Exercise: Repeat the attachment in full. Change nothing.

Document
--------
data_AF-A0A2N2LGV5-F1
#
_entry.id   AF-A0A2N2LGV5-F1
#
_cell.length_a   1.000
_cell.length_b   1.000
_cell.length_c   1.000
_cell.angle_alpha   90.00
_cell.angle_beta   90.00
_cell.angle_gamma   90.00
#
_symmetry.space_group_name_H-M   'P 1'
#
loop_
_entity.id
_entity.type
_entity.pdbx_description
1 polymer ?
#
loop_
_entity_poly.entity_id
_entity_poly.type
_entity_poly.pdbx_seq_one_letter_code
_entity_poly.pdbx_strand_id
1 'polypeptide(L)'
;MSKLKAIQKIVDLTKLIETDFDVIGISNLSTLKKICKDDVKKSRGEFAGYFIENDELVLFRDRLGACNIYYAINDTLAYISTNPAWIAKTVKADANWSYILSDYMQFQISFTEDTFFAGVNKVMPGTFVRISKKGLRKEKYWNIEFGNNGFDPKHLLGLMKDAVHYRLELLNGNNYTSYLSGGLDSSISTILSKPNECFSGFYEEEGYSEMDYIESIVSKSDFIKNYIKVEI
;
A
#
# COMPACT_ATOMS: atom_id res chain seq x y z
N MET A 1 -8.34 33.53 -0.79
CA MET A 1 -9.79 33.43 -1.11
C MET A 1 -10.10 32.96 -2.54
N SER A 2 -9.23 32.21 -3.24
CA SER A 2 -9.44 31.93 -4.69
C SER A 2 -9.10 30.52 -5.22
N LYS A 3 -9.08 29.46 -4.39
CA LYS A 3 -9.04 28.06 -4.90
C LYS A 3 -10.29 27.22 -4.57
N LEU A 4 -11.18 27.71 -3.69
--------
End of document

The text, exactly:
data_AF-A0A2N2LGV5-F1
#
_entry.id   AF-A0A2N2LGV5-F1
#
_cell.length_a   1.000
_cell.length_b   1.000
_cell.length_c   1.000
_cell.angle_alpha   90.00
_cell.angle_beta   90.00
_cell.angle_gamma   90.00
#
_symmetry.space_group_name_H-M   'P 1'
#
loop_
_entity.id
_entity.type
_entity.pdbx_description
1 polymer ?
#
loop_
_entity_poly.entity_id
_entity_poly.type
_entity_poly.pdbx_seq_one_letter_code
_entity_poly.pdbx_strand_id
1 'polypeptide(L)'
;MSKLKAIQKIVDLTKLIETDFDVIGISNLSTLKKICKDDVKKSRGEFAGYFIENDELVLFRDRLGACNIYYAINDTLAYISTNPAWIAKTVKADANWSYILSDYMQFQISFTEDTFFAGVNKVMPGTFVRISKKGLRKEKYWNIEFGNNGFDPKHLLGLMKDAVHYRLELLNGNNYTSYLSGGLDSSISTILSKPNECFSGFYEEEGYSEMDYIESIVSKSDFIKNYIKVEI
;
A
#
# COMPACT_ATOMS: atom_id res chain seq x y z
N MET A 1 -8.34 33.53 -0.79
CA MET A 1 -9.79 33.43 -1.11
C MET A 1 -10.10 32.96 -2.54
N SER A 2 -9.23 32.21 -3.24
CA SER A 2 -9.44 31.93 -4.69
C SER A 2 -9.10 30.52 -5.22
N LYS A 3 -9.08 29.46 -4.39
CA LYS A 3 -9.04 28.06 -4.90
C LYS A 3 -10.29 27.22 -4.57
N LEU A 4 -11.18 27.71 -3.69